Accelerated Image Segmentation using PyTorch

Using Intel® Extension for PyTorch to Boost Image Processing Performance

PyTorch delivers great CPU performance, and it can be further accelerated with Intel® Extension for PyTorch. I trained an AI image segmentation model using PyTorch 1.13.1 (with ResNet34 + UNet architecture) to identify roads and speed limits from satellite images, all on the 4th Gen Intel® Xeon® Scalable processor.

I will walk you through the steps to work with a satellite image dataset called SpaceNet5 and how I optimized the code to make deep learning workloads feasible on CPUs just by flipping a few key switches.

Before we get started, some housekeeping…

The code accompanying this article is available in the examples folder in the Intel Extension for PyTorch repository. I borrowed heavily from the City-Scale Road Extraction from Satellite Imagery (CRESI) repository. I adapted it for the 4th Gen Intel Xeon processors with PyTorch optimizations and Intel Extension for PyTorch optimizations. In particular, I was able to piece together a workflow using the notebooks here.

You can find the accompanying talk I gave on YouTube.

I also highly recommend these articles for a detailed explanation of how to get started with the SpaceNet5 data:

I referenced two Hugging Face blogs by Julien Simon; he ran his tests on the AWS instance r7iz.metal-16xl:

The potential cost savings from using a CPU instance instead of a GPU instance on the major cloud service providers (CSP) can be significant. The latest processors are still being rolled out to the CSPs, so I’m using a 4th Gen Intel Xeon processor that is hosted on the Intel® Developer Cloud (you can sign up for the Beta here:

On AWS, you can select from the r7iz.* EC2 instances after you sign up for the preview here (Figure 1). At the time of writing, the new AI-acceleration engine, Intel® Advanced Matrix Extensions (Intel® AMX), is only available on bare metal but it should soon be enabled on the virtual machines.

List of 4th Gen Xeon  instances on AWS EC2

Figure 1. List of 4th Gen Xeon instances on AWS EC2 (image by author)

On Google Cloud* Platform, you can select from the 4th Gen Xeon Scalable processors C3 VMs (Figure 2).

List of 4th Gen Intel Xeon Scalable processor instances on Google Cloud Platform

Figure 2. List of 4th Gen Intel Xeon Scalable processor instances on Google Cloud Platform (image by author)

Hardware Introduction and Optimizations

The 4th Gen Intel Xeon processors were released January 2023, and the bare-metal instance I am using has two sockets (each with 56 physical cores), 504 GB of memory, and Intel AMX acceleration. I installed a few key libraries in the backend to take control and monitor the sockets, memory, and cores that I am using on the CPU:

numactl (with sudo apt-get install numactl)

libjemalloc-dev (with sudo apt-get install libjemalloc)

intel-openmp (with conda install intel-openmp)

gperftools (with conda install gperftools -c conda-forge)

Both PyTorch and Intel Extension for PyTorch have helper scripts so that one does not need to explicitly use intel-openmp and numactl, but they do need to be installed in the backend. In case you want to set them up for other work, here is what I used for OpenMP* …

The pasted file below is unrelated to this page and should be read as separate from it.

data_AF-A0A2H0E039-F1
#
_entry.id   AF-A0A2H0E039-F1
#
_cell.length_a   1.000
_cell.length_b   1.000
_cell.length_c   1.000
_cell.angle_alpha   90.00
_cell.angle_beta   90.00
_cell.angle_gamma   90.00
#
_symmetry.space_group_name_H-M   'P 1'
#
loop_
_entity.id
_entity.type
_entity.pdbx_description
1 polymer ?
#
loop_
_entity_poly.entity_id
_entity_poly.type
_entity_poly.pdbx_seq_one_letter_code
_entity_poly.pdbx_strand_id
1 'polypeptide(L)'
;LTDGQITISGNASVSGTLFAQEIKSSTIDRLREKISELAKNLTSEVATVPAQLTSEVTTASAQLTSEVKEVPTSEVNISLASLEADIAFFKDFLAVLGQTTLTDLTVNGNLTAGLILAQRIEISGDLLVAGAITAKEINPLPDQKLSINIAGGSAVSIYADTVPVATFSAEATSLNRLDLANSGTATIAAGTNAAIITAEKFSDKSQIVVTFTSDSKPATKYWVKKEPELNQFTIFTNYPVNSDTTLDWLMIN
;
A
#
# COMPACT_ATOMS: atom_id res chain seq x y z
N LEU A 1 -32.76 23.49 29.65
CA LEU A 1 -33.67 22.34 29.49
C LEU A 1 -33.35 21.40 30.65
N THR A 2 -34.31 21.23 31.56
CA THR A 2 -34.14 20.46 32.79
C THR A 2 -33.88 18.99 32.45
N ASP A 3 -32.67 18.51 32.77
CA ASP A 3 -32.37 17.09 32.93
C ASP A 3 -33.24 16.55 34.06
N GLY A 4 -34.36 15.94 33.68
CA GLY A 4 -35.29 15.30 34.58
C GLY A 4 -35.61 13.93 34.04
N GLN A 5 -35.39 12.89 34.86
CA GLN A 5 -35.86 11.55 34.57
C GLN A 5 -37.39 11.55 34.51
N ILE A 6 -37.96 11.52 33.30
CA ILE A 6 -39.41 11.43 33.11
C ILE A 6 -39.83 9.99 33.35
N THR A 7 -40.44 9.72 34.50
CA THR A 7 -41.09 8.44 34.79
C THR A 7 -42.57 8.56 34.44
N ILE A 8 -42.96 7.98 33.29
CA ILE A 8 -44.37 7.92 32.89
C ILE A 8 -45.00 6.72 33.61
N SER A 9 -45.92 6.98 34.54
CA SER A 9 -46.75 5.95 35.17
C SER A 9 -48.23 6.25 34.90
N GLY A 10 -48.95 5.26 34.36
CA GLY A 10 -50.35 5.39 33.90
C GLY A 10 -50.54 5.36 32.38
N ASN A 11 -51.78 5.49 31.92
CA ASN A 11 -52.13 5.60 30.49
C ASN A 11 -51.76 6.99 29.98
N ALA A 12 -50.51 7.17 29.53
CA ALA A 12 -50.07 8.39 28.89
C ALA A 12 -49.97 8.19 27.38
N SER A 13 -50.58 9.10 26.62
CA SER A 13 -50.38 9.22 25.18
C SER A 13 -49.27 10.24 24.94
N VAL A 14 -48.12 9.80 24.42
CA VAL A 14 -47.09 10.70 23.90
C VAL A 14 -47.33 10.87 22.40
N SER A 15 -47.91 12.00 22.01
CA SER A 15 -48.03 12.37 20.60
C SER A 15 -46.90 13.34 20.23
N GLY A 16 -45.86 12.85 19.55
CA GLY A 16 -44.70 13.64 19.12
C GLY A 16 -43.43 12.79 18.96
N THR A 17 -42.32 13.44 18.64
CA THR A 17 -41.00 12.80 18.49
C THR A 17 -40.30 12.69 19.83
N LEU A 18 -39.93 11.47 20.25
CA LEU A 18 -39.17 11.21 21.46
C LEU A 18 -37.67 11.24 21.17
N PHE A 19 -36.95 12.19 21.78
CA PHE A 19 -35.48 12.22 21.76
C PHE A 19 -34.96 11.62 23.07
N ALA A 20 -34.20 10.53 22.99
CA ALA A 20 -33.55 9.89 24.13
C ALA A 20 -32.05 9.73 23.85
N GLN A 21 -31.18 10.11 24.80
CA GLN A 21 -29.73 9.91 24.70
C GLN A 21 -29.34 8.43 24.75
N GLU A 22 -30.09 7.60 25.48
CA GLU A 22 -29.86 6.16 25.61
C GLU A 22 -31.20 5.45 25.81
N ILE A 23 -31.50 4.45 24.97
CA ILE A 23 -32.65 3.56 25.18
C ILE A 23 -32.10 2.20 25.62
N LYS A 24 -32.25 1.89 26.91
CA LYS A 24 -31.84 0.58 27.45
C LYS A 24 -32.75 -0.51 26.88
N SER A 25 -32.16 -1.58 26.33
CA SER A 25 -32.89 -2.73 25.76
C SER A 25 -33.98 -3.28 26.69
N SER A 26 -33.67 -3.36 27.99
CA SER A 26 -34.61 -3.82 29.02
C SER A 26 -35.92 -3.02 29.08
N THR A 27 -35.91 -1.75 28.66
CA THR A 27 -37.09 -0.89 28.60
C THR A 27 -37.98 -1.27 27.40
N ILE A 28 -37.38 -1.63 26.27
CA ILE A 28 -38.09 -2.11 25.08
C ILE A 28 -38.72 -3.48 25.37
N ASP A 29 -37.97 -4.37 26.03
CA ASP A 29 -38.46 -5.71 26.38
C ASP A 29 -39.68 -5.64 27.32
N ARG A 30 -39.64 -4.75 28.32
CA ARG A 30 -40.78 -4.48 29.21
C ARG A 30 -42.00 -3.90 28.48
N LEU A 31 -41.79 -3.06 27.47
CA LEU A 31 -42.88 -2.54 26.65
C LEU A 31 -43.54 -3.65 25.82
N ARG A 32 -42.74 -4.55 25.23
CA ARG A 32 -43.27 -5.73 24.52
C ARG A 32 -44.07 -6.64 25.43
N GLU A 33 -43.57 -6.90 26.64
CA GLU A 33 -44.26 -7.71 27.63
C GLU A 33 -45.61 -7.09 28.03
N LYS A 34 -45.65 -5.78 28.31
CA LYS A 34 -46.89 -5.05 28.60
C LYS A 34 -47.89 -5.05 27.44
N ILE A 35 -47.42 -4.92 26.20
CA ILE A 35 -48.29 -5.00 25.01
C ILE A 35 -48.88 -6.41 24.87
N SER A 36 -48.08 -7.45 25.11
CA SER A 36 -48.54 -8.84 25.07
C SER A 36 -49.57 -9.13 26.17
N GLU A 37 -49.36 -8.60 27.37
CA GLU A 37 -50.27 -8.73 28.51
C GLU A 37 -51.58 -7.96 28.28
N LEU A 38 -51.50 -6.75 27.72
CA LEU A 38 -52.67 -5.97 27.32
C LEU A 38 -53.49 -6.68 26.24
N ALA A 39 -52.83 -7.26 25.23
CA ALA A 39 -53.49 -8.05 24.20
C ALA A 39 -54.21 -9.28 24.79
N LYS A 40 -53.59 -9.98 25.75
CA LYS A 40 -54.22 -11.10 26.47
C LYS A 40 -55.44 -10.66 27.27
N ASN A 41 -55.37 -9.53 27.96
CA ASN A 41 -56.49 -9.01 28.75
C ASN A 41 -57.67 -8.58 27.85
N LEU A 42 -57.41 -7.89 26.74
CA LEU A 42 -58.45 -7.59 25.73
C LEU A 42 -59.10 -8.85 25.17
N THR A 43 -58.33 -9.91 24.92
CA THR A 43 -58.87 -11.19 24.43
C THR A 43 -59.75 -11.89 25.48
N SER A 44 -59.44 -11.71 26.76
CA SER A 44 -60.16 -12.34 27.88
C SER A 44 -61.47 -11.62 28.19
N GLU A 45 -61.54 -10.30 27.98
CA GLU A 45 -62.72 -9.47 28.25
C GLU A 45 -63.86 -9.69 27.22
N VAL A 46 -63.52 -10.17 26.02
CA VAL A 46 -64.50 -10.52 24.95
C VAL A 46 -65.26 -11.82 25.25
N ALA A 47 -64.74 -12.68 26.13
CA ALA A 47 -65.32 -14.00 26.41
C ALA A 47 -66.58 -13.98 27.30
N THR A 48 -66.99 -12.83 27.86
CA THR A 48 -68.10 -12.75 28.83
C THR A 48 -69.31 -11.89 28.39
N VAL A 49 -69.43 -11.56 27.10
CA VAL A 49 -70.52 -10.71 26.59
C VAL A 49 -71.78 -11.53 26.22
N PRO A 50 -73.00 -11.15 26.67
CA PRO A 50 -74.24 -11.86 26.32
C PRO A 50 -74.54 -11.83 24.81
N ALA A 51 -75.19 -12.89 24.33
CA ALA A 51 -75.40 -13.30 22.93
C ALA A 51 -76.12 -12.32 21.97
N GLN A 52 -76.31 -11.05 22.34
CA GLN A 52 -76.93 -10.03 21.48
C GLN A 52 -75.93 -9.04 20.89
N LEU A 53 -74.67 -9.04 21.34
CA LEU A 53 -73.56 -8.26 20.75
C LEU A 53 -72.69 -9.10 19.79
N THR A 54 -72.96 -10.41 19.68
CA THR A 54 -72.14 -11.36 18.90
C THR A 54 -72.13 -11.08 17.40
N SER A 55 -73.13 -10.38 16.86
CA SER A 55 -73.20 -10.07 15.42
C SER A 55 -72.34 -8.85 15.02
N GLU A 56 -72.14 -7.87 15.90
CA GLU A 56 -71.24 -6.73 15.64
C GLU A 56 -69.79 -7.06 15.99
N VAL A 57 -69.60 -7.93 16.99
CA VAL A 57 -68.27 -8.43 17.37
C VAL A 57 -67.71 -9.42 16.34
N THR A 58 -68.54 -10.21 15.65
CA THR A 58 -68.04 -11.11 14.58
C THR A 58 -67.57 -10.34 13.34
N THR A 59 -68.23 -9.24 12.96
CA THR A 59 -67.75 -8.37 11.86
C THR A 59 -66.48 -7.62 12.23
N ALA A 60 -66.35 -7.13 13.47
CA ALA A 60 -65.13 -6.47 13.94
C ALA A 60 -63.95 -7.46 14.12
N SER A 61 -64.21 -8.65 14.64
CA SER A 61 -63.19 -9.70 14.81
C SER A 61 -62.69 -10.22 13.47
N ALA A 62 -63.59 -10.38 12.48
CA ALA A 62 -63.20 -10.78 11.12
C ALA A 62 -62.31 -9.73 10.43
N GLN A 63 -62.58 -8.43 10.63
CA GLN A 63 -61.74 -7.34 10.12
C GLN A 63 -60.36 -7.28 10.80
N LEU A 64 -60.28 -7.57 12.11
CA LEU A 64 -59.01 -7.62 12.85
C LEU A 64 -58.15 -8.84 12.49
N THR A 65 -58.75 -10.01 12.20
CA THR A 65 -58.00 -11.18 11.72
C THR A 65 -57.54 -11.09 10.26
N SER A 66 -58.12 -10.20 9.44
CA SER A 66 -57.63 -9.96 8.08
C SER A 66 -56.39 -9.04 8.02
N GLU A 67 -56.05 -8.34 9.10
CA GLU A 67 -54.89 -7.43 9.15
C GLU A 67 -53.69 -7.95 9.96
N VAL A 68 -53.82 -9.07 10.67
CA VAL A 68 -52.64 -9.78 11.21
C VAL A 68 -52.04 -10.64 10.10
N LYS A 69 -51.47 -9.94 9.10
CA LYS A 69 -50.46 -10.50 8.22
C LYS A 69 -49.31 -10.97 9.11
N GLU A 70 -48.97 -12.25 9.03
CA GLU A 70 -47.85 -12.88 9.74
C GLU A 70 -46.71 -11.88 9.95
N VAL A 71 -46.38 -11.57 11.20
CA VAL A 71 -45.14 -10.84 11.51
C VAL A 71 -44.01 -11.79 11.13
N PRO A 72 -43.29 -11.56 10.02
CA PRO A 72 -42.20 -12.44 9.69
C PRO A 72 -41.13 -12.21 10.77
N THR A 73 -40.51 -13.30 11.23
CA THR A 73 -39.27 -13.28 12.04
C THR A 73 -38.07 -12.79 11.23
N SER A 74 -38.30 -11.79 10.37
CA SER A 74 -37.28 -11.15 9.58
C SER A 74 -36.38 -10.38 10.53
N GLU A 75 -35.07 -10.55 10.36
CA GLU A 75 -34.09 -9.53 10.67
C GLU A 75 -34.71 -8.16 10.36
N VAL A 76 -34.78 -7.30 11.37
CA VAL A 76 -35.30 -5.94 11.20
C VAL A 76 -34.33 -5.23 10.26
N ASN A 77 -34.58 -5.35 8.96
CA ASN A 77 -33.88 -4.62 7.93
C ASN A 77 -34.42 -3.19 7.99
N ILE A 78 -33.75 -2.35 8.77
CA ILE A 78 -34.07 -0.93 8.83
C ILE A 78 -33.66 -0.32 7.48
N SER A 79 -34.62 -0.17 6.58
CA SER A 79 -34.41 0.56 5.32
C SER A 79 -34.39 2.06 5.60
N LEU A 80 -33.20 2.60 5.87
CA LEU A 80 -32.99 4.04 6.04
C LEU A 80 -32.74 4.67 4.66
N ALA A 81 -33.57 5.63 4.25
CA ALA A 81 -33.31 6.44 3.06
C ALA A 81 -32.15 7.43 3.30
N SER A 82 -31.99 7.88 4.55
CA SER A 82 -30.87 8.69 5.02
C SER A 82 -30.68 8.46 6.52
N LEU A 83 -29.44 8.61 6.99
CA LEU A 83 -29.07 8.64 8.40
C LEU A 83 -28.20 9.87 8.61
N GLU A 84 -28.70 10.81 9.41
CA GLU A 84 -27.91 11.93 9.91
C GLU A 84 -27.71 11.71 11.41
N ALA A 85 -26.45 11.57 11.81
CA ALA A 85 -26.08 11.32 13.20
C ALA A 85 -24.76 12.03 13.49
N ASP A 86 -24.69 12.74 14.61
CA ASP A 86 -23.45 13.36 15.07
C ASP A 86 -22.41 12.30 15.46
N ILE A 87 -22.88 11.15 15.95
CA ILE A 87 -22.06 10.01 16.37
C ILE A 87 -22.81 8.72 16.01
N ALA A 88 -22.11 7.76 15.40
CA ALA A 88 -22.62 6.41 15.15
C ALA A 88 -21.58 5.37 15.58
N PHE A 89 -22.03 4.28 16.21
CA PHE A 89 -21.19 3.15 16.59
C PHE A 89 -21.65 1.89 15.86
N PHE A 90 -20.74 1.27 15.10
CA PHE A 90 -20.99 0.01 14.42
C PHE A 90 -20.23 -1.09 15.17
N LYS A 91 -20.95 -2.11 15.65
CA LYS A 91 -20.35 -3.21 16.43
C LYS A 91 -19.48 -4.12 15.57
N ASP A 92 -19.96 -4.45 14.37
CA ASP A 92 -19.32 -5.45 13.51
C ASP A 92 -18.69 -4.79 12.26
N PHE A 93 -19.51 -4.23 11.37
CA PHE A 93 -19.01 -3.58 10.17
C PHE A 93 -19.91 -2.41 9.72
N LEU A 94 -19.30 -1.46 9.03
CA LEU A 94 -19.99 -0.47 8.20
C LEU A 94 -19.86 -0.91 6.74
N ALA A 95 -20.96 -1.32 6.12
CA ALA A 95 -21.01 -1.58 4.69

export KMP_AFFINITY=granularity=fine,compact,1,0

… where OMP_NUM_THREADS is the number of threads allocated to the job, KMP_AFFINITY affects thread affinity settings (including packing threads close to each other, the state of pinning threads), and KMP_BLOCKTIME sets the time in milliseconds that an idle thread should wait before going to sleep.

Here’s what I used for numactl

numactl -C 0-35 --membind=0

…where -C specifies which cores to use and --membind instructs the program to only use one socket (socket 0 in this case).

SpaceNet Data

I am using a satellite image dataset from the SpaceNet 5 Challenge. Different cities can be downloaded for free from an AWS S3 bucket:

aws s3 ls s3://spacenet-dataset/spacenet/SN5_roads/tarballs/ --human-readable
2019-09-03 20:59:32    5.8 GiB SN5_roads_test_public_AOI_7_Moscow.tar.gz
2019-09-24 08:43:02    3.2 GiB SN5_roads_test_public_AOI_8_Mumbai.tar.gz
2019-09-24 08:43:47    4.9 GiB SN5_roads_test_public_AOI_9_San_Juan.tar.gz
2019-09-14 13:13:26   35.0 GiB SN5_roads_train_AOI_7_Moscow.tar.gz
2019-09-14 13:13:34   18.5 GiB SN5_roads_train_AOI_8_Mumbai.tar.gz

You can use the following commands to download and unpack a file:

aws s3 cp s3://spacenet-dataset/spacenet/SN5_roads/tarballs/SN5_roads_train_AOI_7_Moscow.tar.gz .
tar -xvzf ~/spacenet5data/moscow/SN5_roads_train_AOI_7_Moscow.tar.gz

Dataset Preparation

I used the Moscow satellite image dataset, which consists of 1,352 images of 1,300 by 1,300 pixels with corresponding street labels in separate text files. The dataset contains both 8-band multispectral images and 3-band RGB images. Figure 3 shows four sample RGB satellite images and their corresponding generated masks. I used the script from the CRESI repository to generate the segmentation masks.

Satellite image 3-channel RGB chips from Moscow (top row) and corresponding pixel segmentation masks with varying speed limits

Figure 3. Satellite image 3-channel RGB chips from Moscow (top row) and corresponding pixel segmentation masks with varying speed limits (bottom row) (image by author)

There is a JSON configuration file that must be updated for all remaining components: training and validation split, training, and inference. An example configuration can be found here. I perform an 80:20 training/validation split, making sure to point to the correct folder of satellite images and corresponding masks for training. The configuration parameters are explained in more in the notebook under examples in GitHub for Intel Extension for PyTorch here.

Training a ResNet34 + UNet Model